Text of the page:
Saturday, June 25, 2005 | In a normal election cycle, Johnnie Perkins would be in campaign mode. He’d be fielding calls from mayoral candidates, conducting interviews and preparing questionnaires.

But this isn’t a normal election at a normal time in San Diego.

Life for Perkins, governmental relations director for the usually politically influential firefighters union, hasn’t changed much since Mayor Dick Murphy abruptly resigned in April. He hasn’t even gotten a call from any of the 11 candidates in the race that has spun the city’s political world into a frenzied whirl.

“I think that is extremely and highly unusual,” Perkins said. “I can’t recall a candidate ever not calling the firefighters for an endorsement consideration.”

The phones remain silent at municipal union headquarters, as does the power of hundreds of thousands of dollars in campaign support and countless hours of organizational help that make a union’s blessing so famous.

This year, the unions are famous for other reasons. They bear the brunt of the public criticism for the multibillion pension deficit that has sullied the city’s reputation and threatened its long-term fiscal health.

Each major candidate advocates a solution that rests on one central theme: using the courts to substantially trim the retirement benefits at the heart of the pension deficit. Many also call for sending the unions back to the table to renegotiate the pension benefits that have been called illegal, sleazy and unconscionable on the campaign trail.

“I guess they figure that when they say that the unions aren’t doing enough and need to give back illegal benefits, they probably don’t think they’ll get an endorsement from any one of us,” said Joan Raymond of the Local 127 union, which represents blue-collar workers.

The feeling appears mutual. Three of the four main unions haven’t even mailed out the standard questionnaires to the candidates to gauge their stances on issues. Only the Police Officers Association plans to conduct candidate interviews.

“At this point, I don’t know who we can endorse,” said Judie Italiano, president of the Municipal Employees Association.

The pension deficit, which is reported to be at least $1.37 billion and is the center of numerous ongoing investigations, crowds conversation with every candidate in every debate. The burden of employee benefits on the pension system has doubled in the past six years, joining the city’s historical underfunding of the pension system as the key culprits in the pension deficit.

These days, the heated rhetoric of the campaign trail has turned unions into the bunions of the body politic.

It’s an intriguing twist in a once-conservative city that’s been slowly tilting to the left for years. With the demographic and ideological change has come the burgeoning union strength and influence common in big city politics.

The firefighters have been a formidable force in city politics for decades. Their support helped land a Democratic majority on the council and re-elect outgoing Mayor Dick Murphy in November. In the last election cycle, the firefighters union spent $140,000 supporting Murphy and Councilman Scott Peters. Both won in highly contested elections.

In the waning moments of the November mayoral race, the firefighters sponsored their first-ever negative mailer attacking Murphy opponent Ron Roberts, who lost in the tightest of three-way races.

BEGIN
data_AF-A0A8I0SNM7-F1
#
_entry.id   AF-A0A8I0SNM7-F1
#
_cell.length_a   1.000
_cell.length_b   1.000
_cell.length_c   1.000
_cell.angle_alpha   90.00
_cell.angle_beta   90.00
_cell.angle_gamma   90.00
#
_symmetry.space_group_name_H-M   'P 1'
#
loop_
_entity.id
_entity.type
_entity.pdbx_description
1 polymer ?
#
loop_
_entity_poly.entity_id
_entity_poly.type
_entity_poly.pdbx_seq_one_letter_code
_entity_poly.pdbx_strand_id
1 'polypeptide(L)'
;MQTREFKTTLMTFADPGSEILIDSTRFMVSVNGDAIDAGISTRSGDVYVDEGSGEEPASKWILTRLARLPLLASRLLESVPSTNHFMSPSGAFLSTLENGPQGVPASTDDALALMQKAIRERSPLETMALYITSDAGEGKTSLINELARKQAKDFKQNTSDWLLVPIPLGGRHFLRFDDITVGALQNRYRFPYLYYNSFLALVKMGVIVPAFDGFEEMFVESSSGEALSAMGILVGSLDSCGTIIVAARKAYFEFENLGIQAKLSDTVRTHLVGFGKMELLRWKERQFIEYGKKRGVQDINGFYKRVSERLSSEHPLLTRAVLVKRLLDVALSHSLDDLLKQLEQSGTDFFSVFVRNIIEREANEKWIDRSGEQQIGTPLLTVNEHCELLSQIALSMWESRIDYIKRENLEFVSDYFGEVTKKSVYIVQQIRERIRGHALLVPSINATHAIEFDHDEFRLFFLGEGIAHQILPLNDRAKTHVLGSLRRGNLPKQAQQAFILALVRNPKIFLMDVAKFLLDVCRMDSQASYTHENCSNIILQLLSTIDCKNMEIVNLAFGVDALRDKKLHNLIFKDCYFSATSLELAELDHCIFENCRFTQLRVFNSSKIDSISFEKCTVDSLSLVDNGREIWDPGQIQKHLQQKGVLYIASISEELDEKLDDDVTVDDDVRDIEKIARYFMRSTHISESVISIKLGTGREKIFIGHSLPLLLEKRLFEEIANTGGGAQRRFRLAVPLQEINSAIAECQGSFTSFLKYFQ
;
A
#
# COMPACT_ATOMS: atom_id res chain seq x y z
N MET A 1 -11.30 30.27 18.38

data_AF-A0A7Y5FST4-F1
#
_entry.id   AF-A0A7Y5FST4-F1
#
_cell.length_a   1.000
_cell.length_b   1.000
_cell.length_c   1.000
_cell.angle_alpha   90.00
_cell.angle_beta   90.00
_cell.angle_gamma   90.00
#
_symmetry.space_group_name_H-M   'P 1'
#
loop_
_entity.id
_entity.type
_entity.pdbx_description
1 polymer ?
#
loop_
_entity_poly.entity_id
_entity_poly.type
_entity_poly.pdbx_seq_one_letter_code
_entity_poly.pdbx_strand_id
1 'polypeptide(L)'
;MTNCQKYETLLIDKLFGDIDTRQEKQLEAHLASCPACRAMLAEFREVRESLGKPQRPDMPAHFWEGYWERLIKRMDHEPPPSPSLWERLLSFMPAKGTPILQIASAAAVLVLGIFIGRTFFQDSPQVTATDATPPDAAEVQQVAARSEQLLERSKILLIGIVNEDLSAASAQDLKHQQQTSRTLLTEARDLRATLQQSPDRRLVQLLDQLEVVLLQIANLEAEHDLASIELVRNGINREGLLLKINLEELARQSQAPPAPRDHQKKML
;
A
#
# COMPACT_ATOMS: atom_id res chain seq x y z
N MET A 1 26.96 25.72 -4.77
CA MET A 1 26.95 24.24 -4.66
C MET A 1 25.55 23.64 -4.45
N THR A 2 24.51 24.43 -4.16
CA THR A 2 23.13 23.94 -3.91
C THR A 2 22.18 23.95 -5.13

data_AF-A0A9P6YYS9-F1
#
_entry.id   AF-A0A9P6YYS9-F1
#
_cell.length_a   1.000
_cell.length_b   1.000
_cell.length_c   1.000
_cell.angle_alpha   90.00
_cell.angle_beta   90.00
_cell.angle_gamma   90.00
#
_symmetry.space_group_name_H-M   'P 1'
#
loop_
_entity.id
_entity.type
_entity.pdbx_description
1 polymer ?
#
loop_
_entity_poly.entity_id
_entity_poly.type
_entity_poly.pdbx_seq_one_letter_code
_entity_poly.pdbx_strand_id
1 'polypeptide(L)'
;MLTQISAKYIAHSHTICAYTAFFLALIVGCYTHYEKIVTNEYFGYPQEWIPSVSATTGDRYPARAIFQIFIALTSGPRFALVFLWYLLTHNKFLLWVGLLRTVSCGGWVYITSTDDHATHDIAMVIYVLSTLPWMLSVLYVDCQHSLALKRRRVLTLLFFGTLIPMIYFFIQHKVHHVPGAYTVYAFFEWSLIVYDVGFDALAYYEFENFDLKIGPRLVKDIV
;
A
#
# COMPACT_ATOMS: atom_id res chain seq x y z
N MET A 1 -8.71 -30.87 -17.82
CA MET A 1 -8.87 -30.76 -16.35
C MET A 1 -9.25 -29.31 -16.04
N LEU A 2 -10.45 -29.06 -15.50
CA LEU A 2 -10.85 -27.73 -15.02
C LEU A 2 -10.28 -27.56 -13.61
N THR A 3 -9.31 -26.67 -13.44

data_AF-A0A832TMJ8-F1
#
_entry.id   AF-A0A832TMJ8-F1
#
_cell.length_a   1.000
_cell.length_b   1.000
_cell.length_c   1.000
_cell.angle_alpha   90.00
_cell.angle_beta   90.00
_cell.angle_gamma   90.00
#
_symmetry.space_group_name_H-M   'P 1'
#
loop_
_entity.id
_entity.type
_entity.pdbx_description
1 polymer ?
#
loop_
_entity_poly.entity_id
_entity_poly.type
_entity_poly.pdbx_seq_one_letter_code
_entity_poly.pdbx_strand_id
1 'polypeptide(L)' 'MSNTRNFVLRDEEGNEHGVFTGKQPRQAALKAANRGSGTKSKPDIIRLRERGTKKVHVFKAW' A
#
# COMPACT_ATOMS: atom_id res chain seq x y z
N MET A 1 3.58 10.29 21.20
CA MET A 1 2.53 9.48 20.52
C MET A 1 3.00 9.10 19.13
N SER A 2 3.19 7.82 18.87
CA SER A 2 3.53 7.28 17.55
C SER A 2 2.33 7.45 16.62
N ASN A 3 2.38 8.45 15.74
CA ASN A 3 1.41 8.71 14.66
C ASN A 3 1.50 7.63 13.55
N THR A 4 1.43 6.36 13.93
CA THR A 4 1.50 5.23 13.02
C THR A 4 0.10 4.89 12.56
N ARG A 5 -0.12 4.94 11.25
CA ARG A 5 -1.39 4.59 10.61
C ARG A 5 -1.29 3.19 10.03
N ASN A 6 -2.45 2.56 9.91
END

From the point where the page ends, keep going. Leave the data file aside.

MEA, known for its help with phone banks and precinct walking, also supported Murphy in November. Murphy’s last day as mayor will be on July 15; he stepped down under the weight of the mounting pension scandal and his contested November victory.

Municipal unions, and the membership manpower that comes with them, offer a valuable campaign aid in the form of money, call centers, mailers and doorbell-ringers.

Murphy’s former campaign chief, John Kern, said the firefighter endorsement is normally the most valuable in local elections, followed by that of the Police Officers Association.

But with the growing influence, and widening pension deficit, has come the burden of responsibility. The firefighter union president, Ron Saathoff, was charged last month with felony conflict-of-interest violations for 2002 votes he took as a pension trustee, as was John Torres, the MEA’s current pension board representative.

“We have not been sought out for an interview,” said Italiano, “which is no surprise with all the stigma attached to unions today.”

The candidates’ snub reflects the larger sense of discontent with the entire system that drew today’s languishing landscape: sitting politicians, union leaders and the downtown business establishment.

“The prior political paradigm doesn’t work in this election,” said attorney Pat Shea, whose campaign starts with declaring municipal bankruptcy and making the unions prove the benefits granted over the last decade are legal.

City Councilwoman Donna Frye has received the support of the San Diego-Imperial Counties Labor Council, the umbrella organization for unions in the region. However, the local municipal unions operate independently in races such as July 26’s mayoral election.

They, like the candidates, don’t seem willing to buddy up with anybody, at least for the primary.

“Usually we get a questionnaire, it’s the first thing we get (from unions),” said Scott Maloni, who is running the campaign of former police chief Jerry Sanders. “We haven’t heard about that from anybody.”

Sanders served as one of the rank-and-file officers for 20 years. He currently collects a pension check from the city, though his stance has left some of his good friends upset, he said.

“I can’t tell them everything’s going to be all right,” Sanders said, “when everything’s not going to be all right for the next couple of years.”

Please contact Andrew Donohue directly at

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